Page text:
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Clause 2 — Removal of restriction on standing for election for both constituency — and electoral region

Part of Wales Bill – in the House of Commons at 4:45 pm on 24th June 2014.

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Photo of David Jones David Jones The Secretary of State for Wales 4:45 pm, 24th June 2014

With your permission, Madam Deputy Speaker, I will first address the Government amendments in this group. The Bill provides for a referendum to be triggered by the Assembly on whether a portion of income tax should be devolved. If the Assembly triggers that referendum, as I very much hope it will, it will be the third referendum on devolution to take place in the past two decades. It is vital that we as a Government learn lessons from the previous referendums, particularly the referendum on law-making powers that took place in 2011, to ensure that the framework for holding an income tax referendum is as robust as possible.

Hon. Members will recall a key issue in 2011 that led some to question the system that was then in place, namely that, because no credible organisation applied to the Electoral Commission to become the designated no campaign, no yes campaign could be designated either. Any future referendum on the devolution of a portion of income tax would pose a crucial question to the electorate in Wales that would affect generations to come, so it is highly important that the credibility of that poll should not be questioned in any way.

Amendment 6 therefore provides more flexibility in the designation process so that, should the Government of the time wish to, they could, by Order in Council, enable the Electoral Commission to designate an organisation under the Political Parties, Elections and Referendums Act 2000 for only one possible outcome of the referendum rather than only both. That will ensure that where a credible organisation seeks designation for one outcome, it can be designated even if no credible application for designation for the other outcome is made. We would of course want credible campaigns for both outcomes in a future referendum so that a full and vibrant debate about the issues could take place, but amendment 6 will help to ensure that there is no repeat of the situation that arose in 2011, when no organisation was designated for either outcome.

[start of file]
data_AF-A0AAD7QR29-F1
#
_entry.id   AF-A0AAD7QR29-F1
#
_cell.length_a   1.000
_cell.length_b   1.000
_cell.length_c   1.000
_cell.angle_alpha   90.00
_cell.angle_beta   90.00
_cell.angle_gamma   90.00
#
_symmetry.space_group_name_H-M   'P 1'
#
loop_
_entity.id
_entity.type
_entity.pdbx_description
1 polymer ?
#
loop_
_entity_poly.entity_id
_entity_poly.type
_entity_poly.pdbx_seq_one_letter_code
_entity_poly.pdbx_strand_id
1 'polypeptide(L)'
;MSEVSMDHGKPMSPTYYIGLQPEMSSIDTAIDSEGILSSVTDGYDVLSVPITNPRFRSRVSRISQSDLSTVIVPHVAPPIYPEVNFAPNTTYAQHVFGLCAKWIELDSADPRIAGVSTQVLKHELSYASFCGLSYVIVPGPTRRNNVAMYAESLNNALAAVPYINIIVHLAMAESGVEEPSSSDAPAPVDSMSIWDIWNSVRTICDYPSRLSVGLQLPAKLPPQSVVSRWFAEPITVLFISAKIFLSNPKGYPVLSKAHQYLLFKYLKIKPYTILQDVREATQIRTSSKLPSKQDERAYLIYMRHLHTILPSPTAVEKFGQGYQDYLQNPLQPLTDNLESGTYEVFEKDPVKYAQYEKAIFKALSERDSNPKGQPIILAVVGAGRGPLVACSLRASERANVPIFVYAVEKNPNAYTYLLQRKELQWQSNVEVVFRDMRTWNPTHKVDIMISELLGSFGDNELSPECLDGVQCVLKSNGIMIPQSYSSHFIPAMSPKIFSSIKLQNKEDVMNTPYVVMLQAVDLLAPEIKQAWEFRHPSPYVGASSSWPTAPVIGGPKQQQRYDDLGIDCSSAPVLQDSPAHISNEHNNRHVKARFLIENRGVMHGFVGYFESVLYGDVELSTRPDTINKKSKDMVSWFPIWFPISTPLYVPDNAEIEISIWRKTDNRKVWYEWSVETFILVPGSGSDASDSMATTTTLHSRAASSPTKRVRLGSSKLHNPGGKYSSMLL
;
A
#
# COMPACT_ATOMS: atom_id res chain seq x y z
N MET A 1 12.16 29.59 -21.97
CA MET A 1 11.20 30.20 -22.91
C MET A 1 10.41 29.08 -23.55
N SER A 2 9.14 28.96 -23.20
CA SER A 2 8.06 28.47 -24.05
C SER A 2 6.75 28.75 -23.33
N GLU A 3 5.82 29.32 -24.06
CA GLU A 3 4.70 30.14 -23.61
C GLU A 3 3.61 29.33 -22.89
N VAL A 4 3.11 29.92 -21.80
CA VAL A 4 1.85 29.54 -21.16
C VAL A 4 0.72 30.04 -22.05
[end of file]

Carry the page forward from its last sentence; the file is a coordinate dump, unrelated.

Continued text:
Amendment 7 makes further provision for when an organisation is designated for only one outcome or no organisation is designated for either outcome. Under the amendment, an Order in Council can allow the Electoral Commission to take action to promote public awareness of the referendum in Wales, including about the referendum itself, the question on the ballot paper and the importance of voting in the referendum. It will enable the Order in Council to require the chief counting officer to take action to encourage participation in the referendum and, to give full effect to that, the chief counting officer can give directions to local counting officers in Wales about how they should encourage voting in the referendum in their locality. That will ensure that if an organisation were designated for only one outcome or if no organisation were designated for either outcome, the Electoral Commission could take action to ensure that the electorate in Wales were adequately informed about the important issue on which they were asked to decide.

Taken together, amendments 6 and 7 provide for flexibility in the powers to make an Order in Council for the conduct of a future income tax referendum to enable the Government to ensure that such a referendum is conducted using as robust a process as possible. The Government have consulted the Electoral Commission in preparing them. The amendments show that we have learned from previous referendums, and I ask hon. Members to support them.

Turning to the Opposition amendments, amendment 13 seeks to remove clause 2 from the Bill and to continue to prohibit candidates from standing in both a constituency and a region in an Assembly election, while amendments 14 and 15 seek to delay the commencement of the provision. Once again, it is disappointing but not at all surprising that the Labour party continues to plough its lonely furrow in opposing clause 2. Indeed, this is very much groundhog day. I must pay tribute to Nia Griffith and Mr Hain for their persistence in putting their heads above the parapet to be shot at again.

Hon. Members will no doubt know that this issue was debated at great length in Committee of the whole House, which then voted by 265 votes to 191 that clause 2 stand part of the Bill. Rather than seek to debate aspects of the Bill that might have a real impact on the prosperity of businesses and individuals in Wales, the Labour party is focusing on a partisan electoral issue of appeal only to Labour party members. That is underlined by the extraordinary arrogance of amendments 14 and 15, which, if clause 2 remains part of the Bill, would provide for the Labour Welsh Government in Cardiff to decide whether the dual candidacy provisions come into force. Interestingly, the amendments would not even allow the Assembly to have a vote on the decision. Clearly, the Labour party is not even bothering hide the partisan agenda that it is pursuing.

To repeat—this is very much a repetition, because it has previously been aired at great length—Wales is the only country in the world where dual candidacy is banned under this type of electoral system. As was discussed at great length in debates on Second Reading and in Committee, when the Labour party introduced the ban in 2006, it did not make the same provisions for elections to the Scottish Parliament or the London Assembly.